Published on: 11 Jan 2010
Students studying law topics often worry about the need to quote cases in their exam answers, but their can be little doubt that the ability to do so can only enhance the quality of your answers and the impression that you create with the marker.
UN Case 48
In this case, a German buyer of cucumbers (from a Turkish seller) sought to obtain a price reduction on the grounds that the cucumbers supplied were not of the specified quality under the terms of the contract.
The buyer’s application was dismissed on the grounds that they had waited too long in notifying the seller as to the non-conformity of the goods. This was because they were inspected by the buyer’s representative in Turkey, but the notification was not given until the cucumbers actually physically arrived in Germany seven days later.
UN Case 84
This was a truly international contract for sale of goods, in that it involved the sale of New Zealand mussels, by a Swiss seller to a German buyer.
On delivery to Germany, the Mussels were impounded by the German authorities, as they did not comply with German regulations in that they had too high a cadmium content, and so the buyer refused to pay for the goods.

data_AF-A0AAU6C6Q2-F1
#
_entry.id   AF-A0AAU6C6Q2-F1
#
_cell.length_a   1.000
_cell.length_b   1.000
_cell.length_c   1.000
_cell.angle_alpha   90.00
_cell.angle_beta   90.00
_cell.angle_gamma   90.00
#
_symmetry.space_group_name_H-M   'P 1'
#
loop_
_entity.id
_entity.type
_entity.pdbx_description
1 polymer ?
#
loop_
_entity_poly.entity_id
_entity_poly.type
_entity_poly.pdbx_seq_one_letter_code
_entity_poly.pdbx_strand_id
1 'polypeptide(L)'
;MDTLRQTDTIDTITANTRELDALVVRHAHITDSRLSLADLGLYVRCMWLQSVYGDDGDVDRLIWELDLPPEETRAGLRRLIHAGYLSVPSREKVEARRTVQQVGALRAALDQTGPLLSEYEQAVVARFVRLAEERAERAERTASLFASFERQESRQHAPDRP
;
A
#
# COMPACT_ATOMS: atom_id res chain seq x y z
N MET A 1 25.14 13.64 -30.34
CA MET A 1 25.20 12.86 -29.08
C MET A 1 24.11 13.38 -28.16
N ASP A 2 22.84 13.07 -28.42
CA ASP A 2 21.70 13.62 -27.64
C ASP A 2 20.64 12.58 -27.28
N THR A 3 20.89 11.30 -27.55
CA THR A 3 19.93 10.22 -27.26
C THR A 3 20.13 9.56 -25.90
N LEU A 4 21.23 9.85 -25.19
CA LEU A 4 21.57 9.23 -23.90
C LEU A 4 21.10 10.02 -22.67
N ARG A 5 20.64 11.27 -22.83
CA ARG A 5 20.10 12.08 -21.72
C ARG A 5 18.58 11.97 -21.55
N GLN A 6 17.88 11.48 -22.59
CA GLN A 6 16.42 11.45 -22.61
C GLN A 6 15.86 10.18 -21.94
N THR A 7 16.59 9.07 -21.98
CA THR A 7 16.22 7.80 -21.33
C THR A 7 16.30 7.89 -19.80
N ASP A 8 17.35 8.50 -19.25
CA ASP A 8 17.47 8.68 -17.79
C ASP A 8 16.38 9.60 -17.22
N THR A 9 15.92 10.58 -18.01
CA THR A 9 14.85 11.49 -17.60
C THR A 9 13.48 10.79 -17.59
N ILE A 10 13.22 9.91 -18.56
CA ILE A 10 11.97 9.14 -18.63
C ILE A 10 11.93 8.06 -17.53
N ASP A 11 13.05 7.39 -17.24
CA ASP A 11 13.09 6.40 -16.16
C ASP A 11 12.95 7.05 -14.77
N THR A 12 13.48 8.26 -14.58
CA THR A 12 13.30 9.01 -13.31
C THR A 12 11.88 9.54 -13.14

It was held that the buyer had to pay for the mussels, as they would have been classed as fit for human consumption under Swiss law and there was no way in which the Swiss seller could have been aware of the stricter German regulations, in the absence of notification of this to them by the buyer.
Published on: 19 Sep 2009
As promised, the blog will be used to build up your database of decided cases for ACCA F4 purposes and increase your CLOUT in the F4 exam room.
Case 190 1997
The defendant, an Austrian seller of imported Italian cars, sold a Lamborghini Countach to the plaintiff, a Swiss buyer. The seller, however, was not able to make delivery of the car to the buyer.
The court held that as the car was purchased for personal use (if I had one I wouldn’t let anybody else drive it!), in accordance with Article 2(a), the CISG did not apply to the case.
However, the court indicated that the CISG could have been applied to the case if the fact that the seller ‘neither knew nor ought to have known that the goods were bought for any such use’ had been proved by the buyer.